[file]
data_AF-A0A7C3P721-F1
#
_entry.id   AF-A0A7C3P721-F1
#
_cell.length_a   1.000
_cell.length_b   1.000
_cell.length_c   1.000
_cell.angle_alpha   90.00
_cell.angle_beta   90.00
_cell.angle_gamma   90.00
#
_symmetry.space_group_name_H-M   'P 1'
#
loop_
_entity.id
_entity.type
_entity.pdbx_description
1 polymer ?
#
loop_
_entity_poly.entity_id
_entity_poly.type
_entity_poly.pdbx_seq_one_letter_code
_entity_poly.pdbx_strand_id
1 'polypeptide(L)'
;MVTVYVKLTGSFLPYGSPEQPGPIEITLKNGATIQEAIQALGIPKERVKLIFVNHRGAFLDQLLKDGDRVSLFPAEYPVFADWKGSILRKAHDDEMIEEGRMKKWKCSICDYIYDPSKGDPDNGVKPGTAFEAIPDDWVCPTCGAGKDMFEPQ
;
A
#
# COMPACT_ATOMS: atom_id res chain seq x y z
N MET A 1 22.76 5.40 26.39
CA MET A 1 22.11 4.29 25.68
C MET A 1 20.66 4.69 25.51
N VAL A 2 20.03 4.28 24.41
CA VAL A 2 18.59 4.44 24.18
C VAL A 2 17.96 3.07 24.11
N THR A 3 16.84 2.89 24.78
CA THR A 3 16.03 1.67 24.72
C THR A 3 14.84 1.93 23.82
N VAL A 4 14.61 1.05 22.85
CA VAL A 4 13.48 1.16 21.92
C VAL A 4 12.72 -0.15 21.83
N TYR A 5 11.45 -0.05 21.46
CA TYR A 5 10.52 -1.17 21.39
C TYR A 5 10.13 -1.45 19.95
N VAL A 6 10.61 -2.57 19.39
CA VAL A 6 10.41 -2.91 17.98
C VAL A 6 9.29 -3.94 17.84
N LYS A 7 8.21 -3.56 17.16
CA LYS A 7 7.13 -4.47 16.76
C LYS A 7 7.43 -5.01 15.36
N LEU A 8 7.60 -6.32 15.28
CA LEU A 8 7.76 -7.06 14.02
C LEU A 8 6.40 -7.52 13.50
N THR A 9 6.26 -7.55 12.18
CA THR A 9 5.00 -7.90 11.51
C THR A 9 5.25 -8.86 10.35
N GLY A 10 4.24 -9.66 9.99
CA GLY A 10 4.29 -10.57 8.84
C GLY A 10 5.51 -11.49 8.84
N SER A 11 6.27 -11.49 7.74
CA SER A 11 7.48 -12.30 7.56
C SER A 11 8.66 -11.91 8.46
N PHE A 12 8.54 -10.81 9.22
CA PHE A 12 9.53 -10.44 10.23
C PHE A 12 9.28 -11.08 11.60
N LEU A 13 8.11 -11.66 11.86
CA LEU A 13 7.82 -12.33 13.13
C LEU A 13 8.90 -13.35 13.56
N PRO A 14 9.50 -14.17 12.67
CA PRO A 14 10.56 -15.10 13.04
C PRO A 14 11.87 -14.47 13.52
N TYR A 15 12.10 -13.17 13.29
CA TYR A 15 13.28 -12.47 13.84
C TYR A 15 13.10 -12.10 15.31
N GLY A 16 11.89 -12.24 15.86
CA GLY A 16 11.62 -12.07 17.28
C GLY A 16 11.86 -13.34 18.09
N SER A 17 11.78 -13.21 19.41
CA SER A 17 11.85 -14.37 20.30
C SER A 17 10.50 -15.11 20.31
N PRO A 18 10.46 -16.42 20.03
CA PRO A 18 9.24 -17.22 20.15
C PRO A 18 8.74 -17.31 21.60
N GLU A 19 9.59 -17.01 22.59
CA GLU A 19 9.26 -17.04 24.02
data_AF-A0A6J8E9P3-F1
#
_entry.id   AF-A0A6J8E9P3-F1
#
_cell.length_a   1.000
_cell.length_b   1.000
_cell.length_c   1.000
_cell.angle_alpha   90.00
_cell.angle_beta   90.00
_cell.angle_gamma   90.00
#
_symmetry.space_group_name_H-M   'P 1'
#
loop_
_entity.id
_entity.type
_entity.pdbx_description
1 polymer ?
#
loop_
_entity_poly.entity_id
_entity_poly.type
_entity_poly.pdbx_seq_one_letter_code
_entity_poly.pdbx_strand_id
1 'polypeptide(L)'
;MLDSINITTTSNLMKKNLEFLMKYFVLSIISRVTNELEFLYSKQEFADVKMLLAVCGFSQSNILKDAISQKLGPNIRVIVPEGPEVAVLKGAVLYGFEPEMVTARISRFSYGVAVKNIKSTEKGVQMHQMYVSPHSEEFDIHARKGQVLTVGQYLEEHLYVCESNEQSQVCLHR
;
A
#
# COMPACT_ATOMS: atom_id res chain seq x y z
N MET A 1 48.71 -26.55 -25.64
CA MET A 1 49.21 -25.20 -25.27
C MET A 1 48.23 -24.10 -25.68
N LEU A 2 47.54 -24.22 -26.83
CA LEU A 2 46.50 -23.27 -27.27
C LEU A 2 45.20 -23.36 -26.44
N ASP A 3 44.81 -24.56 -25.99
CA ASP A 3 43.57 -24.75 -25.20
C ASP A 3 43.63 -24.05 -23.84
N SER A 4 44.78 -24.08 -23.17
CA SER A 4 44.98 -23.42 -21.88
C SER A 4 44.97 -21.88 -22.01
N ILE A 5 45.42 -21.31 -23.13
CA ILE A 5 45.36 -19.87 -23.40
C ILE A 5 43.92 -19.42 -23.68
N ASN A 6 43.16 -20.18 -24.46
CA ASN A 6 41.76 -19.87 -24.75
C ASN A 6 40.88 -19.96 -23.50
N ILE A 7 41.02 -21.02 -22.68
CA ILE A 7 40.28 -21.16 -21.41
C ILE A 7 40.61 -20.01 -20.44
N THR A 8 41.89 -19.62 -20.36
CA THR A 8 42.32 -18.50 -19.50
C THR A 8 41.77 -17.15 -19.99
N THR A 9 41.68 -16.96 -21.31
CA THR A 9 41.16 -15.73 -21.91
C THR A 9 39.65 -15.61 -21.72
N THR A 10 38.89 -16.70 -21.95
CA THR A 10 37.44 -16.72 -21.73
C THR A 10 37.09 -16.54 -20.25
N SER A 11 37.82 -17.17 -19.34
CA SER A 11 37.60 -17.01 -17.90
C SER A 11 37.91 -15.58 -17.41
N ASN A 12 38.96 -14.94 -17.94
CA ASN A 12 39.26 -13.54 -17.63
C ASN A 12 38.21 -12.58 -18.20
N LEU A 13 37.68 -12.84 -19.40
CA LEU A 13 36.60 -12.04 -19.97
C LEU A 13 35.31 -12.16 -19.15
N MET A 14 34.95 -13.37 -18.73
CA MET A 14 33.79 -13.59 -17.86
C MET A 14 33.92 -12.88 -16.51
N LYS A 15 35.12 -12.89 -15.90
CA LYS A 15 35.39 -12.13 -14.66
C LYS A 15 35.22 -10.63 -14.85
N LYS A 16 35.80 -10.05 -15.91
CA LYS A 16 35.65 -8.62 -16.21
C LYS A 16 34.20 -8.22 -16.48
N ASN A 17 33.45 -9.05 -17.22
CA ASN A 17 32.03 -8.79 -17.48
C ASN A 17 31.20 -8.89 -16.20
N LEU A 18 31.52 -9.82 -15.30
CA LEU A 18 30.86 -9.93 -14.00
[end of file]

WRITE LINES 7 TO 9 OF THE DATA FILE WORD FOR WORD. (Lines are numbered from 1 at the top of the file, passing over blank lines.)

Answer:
_cell.length_c   1.000
_cell.angle_alpha   90.00
_cell.angle_beta   90.00